First of all I want to give you a sincere thank you for giving me some
Time out of your busy schedule to do this. Out off all the university
professors I emailed you are the only one that responded. This is truly
an honor to get a response from the USGS who I hopefully will work for
in the future. The first question I have is:
1. Can you describe a typical day on the job?
I'm probably somewhat atypical, but I'll try to answer as best as I can. Of course it depends on what day and what year it is. From 2002-2007 I served as Chief Scientist for Volcano Hazards for the US Geological Survey, and any given day was 10 - 18 hours long. Most of it involved management and paperwork, occasional exhilarating visits to Mount St Helens, Kamchatka, and Chile, and long, very arduous trips to Hawai'i and other centers that I supervised. There was no beach time in Hawai'i, by the way; I was one of the few people who did not look forward to going to Hawai'i.
When I completed my 5-year Chief Scientist assignment I reassigned myself to be a research geophysicist. Now that I'm not stuck with 10-hour-per-day bureaucracy, what I do depends on whether I am in the office or in the field:
A. In the office: I generally work on analyzing or processing data and w
riting/editing manuscripts, preparing scientific presentations, using c
ommercial and technical software packages. I am also an associate editor of t
he science journal "Exploration Geophysics", which takes some time each week to r
oute, rate, and process manuscripts submitted for possible publication.
B. In the field: an example might be a week spent inside Mount St Helens' crater - usually but not always working out of a helicopter
- where I either helped conduct a s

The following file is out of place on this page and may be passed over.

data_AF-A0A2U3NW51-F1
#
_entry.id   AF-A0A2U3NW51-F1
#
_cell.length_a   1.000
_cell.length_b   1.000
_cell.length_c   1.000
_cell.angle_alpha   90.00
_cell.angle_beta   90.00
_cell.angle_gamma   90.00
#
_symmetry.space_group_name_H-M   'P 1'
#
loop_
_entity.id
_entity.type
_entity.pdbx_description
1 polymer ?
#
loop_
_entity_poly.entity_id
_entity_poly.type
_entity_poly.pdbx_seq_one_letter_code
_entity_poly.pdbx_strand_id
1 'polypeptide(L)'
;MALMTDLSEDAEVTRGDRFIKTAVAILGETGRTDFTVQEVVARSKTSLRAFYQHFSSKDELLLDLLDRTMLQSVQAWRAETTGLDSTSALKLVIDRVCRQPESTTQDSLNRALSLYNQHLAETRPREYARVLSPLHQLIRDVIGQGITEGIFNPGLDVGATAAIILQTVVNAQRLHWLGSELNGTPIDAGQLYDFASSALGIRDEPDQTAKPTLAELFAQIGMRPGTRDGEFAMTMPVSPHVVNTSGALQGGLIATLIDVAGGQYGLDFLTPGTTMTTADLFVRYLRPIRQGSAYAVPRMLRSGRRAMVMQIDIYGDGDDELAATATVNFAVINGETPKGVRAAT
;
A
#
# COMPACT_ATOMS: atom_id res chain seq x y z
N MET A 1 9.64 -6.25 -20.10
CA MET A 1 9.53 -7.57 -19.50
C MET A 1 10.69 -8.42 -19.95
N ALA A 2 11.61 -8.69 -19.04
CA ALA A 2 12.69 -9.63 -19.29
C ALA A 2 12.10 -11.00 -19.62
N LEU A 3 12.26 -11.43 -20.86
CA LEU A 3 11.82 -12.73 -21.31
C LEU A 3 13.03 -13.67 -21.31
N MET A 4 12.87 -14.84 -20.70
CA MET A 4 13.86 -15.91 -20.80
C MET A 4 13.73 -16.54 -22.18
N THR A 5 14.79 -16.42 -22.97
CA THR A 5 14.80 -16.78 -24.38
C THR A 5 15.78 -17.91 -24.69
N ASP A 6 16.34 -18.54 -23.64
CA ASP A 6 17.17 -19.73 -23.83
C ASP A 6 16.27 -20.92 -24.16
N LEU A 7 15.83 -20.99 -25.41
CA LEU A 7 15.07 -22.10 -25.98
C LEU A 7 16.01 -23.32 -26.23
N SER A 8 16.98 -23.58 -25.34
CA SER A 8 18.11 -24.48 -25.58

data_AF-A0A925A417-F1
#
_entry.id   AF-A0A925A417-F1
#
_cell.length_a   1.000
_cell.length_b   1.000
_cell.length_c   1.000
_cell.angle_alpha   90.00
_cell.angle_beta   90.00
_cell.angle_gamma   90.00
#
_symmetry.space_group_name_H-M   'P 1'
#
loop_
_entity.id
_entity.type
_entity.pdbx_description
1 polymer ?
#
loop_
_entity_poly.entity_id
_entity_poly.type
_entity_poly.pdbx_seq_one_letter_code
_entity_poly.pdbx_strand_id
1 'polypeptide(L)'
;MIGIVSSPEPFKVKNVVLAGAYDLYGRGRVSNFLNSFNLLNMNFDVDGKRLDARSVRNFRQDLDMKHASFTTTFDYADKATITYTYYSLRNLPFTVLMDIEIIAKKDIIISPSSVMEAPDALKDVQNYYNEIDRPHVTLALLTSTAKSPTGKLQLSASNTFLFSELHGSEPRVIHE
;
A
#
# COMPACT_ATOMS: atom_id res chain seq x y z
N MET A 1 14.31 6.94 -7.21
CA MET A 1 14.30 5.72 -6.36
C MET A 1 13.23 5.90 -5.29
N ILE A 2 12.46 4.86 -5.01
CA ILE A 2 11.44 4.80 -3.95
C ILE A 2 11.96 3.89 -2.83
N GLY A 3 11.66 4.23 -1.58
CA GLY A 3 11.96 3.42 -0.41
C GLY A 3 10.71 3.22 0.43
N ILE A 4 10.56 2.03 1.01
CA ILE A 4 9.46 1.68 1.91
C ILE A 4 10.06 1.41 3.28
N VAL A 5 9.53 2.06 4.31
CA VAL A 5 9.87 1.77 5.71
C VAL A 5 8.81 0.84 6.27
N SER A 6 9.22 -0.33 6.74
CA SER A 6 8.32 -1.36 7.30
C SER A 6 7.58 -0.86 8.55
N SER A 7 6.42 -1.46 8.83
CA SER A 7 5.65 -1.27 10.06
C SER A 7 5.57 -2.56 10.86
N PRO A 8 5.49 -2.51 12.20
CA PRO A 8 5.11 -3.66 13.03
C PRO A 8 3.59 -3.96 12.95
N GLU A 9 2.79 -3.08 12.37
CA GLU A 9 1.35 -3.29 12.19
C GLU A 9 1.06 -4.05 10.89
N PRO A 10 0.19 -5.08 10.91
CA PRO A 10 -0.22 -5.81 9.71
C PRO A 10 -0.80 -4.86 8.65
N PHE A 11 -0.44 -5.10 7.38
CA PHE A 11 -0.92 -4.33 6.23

elf-potential survey, or conducted my own controlled-source a
udio-magnetotelluric soundings to map where groundwater (and which kind) m
ight be found down to depths of up to 900 meters. I have also worked a lot in
Alaska and in northern Sonora, Mexico, operating primarily in Spanish. I was the USGS science mission chief in
Venezuela for three years, and spent a lot of time in the deep Amazonas jungle: an incredibly g
orgeous and awesome place, but also incredibly dangerous. I was the deputy USGS s
cience mission chief in Saudi Arabia, frequently working on the Iraqi or
Yemeni border, mapping phosphate or gold resources, or searching for g
roundwater. My kids had to complete high school in a boarding school in
Switzerland. As a result one speaks Mandarin (he was a Mormon missionary
in Taiwan) and the others all speak French, Spanish, and Arabic to varying degrees. One also speaks Czech and Slovak.
2. In the geology field what do you enjoy the most and what do you
Enjoy the least?
Most: Being a physical detective. Being the first to image some feature under the ground, or first to calculate an estimation of undiscovered mineral resources. Getting out into remote field locations that are always beautiful, awe-inspiring, and occasionally terrifying (Alaska, the Venezuelan jungle). These are a huge improvement over a desk-job, but you will get physically eaten up in an all-field-work existence.
Least: Helicopters. Bureaucratic paperwork. Example: being required to take an on-line driver safety course. Go figure.
3. In the research that I have done i would like to go into the oil
industry. Do you consider this a good choice and if not what would you
"Oil patch" as we call it is characterized by lots of money, and access to f
antastic physical resources. You would live in a few locations: generally Texas,
Louisiana, Denver, Alberta, or the northern plains of the US. Increasingly you may find oil-hunters working in Pennsylvania and surrounding states in the US - fracking the Marcellus Shale for gas. A downside is that you are doing m
ost of your work on an oil-rig or in an office.
There is also a smaller field of mining geology/geophysics, which has the upside of great field e
xperiences and the downside of a highly-fluctuating market (and therefore u
nreliable long-term employment with the same company).
In between the two is what I would call "environmental geology": g